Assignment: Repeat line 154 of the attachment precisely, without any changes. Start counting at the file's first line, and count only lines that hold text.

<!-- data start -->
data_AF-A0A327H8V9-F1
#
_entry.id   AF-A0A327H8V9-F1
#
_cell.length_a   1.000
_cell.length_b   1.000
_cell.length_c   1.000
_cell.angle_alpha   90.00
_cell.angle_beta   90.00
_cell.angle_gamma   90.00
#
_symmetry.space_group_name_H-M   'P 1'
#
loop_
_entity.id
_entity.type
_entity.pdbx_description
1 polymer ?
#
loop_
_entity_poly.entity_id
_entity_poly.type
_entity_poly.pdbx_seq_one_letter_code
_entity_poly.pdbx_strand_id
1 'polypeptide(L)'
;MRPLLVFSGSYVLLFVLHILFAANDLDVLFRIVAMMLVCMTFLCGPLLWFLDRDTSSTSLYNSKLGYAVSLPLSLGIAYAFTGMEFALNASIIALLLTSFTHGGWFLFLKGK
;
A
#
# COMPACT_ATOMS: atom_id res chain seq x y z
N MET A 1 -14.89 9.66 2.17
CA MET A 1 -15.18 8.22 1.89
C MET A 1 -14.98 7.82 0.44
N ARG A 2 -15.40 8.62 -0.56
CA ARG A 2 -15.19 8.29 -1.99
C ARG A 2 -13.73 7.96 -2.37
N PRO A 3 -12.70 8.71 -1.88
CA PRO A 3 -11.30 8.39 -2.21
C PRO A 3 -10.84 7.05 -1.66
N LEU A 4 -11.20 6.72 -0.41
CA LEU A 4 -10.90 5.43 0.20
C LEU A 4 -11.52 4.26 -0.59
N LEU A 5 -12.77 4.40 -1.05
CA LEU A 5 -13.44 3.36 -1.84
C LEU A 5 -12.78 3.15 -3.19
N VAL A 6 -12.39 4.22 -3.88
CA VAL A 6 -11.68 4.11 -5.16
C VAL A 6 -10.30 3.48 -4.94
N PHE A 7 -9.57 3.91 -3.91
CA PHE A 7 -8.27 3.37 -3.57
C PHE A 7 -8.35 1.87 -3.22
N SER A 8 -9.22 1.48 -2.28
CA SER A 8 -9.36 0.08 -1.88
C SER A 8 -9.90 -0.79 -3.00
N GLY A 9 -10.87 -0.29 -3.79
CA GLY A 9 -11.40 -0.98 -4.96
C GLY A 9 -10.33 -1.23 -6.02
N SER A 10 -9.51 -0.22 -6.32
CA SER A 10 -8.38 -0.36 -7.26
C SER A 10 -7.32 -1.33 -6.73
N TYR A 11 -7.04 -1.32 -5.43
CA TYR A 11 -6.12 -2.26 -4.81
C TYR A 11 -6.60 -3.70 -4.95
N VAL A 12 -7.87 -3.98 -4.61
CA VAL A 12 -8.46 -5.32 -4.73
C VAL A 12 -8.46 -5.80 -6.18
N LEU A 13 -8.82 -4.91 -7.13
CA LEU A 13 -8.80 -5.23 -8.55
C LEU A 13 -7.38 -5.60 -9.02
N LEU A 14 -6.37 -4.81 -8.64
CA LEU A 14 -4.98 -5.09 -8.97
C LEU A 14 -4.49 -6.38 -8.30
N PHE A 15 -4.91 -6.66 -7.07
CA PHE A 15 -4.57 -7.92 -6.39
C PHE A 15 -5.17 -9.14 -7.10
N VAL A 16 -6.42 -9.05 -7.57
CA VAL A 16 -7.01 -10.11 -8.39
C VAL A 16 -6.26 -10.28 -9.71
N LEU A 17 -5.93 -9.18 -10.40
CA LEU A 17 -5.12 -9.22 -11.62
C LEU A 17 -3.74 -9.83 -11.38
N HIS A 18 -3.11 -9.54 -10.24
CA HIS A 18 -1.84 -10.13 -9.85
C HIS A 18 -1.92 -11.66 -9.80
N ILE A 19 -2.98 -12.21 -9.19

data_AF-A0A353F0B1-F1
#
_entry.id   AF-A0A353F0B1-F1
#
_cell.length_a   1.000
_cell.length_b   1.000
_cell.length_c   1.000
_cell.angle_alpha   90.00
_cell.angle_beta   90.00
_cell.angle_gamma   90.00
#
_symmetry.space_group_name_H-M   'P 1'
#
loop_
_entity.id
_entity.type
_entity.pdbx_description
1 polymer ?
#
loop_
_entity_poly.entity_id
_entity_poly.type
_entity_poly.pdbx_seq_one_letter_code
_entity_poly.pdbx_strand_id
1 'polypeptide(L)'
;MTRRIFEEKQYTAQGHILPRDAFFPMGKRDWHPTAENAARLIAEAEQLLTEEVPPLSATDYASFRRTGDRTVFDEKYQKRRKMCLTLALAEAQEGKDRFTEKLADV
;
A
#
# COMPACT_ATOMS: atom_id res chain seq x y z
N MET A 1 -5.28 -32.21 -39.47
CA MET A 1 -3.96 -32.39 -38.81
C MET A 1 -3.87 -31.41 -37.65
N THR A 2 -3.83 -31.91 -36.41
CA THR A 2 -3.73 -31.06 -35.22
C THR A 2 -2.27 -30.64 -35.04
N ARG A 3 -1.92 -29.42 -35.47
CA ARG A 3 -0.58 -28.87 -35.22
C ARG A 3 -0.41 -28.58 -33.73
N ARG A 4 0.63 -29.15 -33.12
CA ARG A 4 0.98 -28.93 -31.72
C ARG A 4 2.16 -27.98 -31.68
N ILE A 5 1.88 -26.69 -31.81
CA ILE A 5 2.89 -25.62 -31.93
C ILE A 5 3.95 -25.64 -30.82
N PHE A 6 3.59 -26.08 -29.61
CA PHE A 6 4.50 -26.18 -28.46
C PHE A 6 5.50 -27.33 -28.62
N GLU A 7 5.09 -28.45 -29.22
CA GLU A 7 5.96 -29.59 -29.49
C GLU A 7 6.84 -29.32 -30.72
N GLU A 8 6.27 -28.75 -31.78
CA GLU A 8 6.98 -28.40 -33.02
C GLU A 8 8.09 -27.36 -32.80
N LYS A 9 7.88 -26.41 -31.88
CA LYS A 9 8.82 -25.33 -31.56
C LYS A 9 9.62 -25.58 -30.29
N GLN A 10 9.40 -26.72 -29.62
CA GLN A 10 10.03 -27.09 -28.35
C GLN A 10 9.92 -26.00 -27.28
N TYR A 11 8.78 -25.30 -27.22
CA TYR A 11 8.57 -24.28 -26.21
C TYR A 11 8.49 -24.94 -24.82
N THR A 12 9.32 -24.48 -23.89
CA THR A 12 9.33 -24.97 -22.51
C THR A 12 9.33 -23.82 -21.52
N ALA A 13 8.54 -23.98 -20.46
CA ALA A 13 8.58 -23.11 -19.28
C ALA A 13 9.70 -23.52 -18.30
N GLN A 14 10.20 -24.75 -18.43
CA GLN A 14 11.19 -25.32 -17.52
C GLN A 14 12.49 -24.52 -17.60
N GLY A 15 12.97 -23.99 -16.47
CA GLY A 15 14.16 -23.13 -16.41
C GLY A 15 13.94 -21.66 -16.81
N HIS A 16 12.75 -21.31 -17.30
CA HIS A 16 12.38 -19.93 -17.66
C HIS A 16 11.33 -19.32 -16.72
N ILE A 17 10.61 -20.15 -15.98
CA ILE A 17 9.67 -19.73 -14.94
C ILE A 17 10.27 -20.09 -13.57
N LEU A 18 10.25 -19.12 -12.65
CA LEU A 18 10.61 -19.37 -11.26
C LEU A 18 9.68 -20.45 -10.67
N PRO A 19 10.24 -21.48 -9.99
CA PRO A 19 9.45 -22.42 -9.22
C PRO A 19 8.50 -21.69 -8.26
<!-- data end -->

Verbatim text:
C ALA A 13 9.70 -23.52 -18.30